Proctorville man gets 5 years in investment fraud schemePublished 11:55am Wednesday, August 27, 2014
ATHENS, Ga. (AP) — A judge on Tuesday sentenced a man accused of running an investment fraud scheme that lost millions in investor dollars to serve five years in federal prison.
U.S. District Judge C. Ashley Royal in Athens also ordered Gregory Crabtree, 53, of Proctorville, to pay restitution of more than $20 million and to serve three years of supervised release once he gets out of prison. Crabtree had pleaded guilty to a single count of securities fraud in April after reaching an agreement with prosecutors.
Crabtree declined to comment after the sentencing.
“He’s always taken every step he could to take responsibility for his conduct,” his lawyer, Charlie Cox, said of his client.
Prosecutors said Crabtree and former University of Georgia football coach Jim Donnan ran a fraudulent investment scheme from September 2007 to December 2010 through GLC Limited, a West Virginia-based company dealing in wholesale and closeout merchandise.
Prosecutors said more than 50 investors invested a combined total of more than $80 million into the scheme and lost a total of nearly $23 million.
Donnan stood trial in May and a jury acquitted him of all charges. His lawyers argued that he was as much a victim of a fraudulent investment scheme as the rest of the investors.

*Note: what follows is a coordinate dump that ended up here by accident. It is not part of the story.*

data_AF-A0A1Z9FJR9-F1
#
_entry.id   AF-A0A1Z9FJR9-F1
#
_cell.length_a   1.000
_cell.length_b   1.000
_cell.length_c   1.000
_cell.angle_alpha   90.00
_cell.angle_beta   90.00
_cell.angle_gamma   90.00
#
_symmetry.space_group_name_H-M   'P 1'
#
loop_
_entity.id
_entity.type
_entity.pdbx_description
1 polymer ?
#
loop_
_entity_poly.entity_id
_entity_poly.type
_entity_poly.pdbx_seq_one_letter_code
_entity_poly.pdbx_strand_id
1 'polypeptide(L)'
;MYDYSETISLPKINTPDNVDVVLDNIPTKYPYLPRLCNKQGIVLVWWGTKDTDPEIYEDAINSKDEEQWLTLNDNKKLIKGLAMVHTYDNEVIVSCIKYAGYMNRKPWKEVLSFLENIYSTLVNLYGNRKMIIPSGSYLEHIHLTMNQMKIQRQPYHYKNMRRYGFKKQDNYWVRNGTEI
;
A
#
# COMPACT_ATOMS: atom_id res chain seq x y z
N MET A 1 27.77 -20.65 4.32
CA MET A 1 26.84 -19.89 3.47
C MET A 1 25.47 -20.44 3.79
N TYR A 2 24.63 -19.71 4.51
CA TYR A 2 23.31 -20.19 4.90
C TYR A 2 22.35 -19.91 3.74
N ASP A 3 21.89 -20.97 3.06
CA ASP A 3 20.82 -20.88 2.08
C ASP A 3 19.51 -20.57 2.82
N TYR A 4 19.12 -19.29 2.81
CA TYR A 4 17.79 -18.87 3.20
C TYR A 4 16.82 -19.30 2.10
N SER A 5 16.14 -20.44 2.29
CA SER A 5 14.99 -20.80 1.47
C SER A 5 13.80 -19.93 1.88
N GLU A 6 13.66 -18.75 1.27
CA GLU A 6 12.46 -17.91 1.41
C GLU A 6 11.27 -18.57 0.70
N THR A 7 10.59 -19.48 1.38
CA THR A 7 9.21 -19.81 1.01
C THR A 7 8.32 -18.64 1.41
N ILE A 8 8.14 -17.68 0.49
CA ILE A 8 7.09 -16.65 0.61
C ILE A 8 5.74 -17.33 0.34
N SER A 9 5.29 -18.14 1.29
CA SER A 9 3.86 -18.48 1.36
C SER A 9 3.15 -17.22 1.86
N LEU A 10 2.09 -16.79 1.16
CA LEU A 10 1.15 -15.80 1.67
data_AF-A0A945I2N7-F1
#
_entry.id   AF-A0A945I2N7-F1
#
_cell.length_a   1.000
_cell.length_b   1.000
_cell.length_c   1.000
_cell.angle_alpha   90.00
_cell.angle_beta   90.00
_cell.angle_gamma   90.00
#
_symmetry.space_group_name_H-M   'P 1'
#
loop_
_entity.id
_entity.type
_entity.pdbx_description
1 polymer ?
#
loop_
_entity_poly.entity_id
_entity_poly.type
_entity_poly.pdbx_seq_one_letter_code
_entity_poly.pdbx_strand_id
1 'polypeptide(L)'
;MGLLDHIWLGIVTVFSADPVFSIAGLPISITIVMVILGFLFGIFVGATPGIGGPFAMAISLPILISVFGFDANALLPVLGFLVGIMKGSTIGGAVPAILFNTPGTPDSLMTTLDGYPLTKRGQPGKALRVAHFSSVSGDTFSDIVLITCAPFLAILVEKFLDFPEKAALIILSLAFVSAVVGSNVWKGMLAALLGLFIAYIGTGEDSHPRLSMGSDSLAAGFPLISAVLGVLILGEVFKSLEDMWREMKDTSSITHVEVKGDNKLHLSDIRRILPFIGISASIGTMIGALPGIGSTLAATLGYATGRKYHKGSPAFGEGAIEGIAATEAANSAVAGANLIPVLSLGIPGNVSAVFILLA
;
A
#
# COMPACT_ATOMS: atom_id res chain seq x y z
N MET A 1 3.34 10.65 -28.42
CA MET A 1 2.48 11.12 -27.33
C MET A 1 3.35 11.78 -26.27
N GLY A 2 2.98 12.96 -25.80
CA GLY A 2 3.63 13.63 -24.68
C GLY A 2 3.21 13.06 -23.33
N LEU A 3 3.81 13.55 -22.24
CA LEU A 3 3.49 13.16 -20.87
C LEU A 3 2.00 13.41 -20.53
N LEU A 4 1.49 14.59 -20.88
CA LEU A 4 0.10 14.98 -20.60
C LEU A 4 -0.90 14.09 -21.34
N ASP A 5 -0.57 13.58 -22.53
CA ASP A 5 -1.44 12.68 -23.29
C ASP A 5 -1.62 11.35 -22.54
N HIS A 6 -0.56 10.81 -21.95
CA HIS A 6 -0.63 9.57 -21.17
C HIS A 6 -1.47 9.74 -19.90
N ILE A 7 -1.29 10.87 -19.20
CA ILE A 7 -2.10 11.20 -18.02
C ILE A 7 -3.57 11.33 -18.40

Donnan was head coach at Marshall University from 1990 to 1995 and at Georgia from 1996 to 2000. He later became an ESPN analyst. Prosecutors argued during Donnan’s trial that Crabtree ran day-to-day operations while Donnan lured investors from his extensive network of personal and professional contacts.
In late 2009, problems surfaced as Crabtree was having trouble moving merchandise and started stocking it in warehouses because investor money was coming in faster than he could sell it, he testified during Donnan’s trial. He spoke to Donnan about the troubles, and Donnan said he’d look into ways to help, Crabtree said. They ended up using investor money to pay other investors because they didn’t have profits from sales to pay the high returns Donnan had promised investors, Crabtree said.